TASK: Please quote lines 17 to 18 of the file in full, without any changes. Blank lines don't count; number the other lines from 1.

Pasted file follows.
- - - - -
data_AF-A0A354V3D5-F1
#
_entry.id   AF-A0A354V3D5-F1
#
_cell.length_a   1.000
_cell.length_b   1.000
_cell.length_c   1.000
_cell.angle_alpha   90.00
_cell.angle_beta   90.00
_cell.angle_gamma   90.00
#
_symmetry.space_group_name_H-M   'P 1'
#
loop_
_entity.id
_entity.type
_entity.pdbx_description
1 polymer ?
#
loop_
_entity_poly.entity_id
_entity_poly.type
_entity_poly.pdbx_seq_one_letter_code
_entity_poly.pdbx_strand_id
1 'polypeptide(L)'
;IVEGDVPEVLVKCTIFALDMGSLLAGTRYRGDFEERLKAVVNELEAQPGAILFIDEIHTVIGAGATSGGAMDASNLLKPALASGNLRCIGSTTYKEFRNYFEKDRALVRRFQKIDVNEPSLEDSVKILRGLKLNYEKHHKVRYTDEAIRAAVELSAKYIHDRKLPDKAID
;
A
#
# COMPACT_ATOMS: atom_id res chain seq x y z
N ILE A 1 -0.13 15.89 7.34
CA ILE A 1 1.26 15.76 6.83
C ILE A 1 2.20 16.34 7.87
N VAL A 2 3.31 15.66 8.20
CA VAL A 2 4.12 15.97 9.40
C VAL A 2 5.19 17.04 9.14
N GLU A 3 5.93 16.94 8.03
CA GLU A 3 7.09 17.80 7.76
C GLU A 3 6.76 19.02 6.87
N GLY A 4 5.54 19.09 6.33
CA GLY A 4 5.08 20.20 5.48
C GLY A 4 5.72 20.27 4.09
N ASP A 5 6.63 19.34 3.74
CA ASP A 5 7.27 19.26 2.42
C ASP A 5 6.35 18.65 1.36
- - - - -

_entity.pdbx_description
1 polymer ?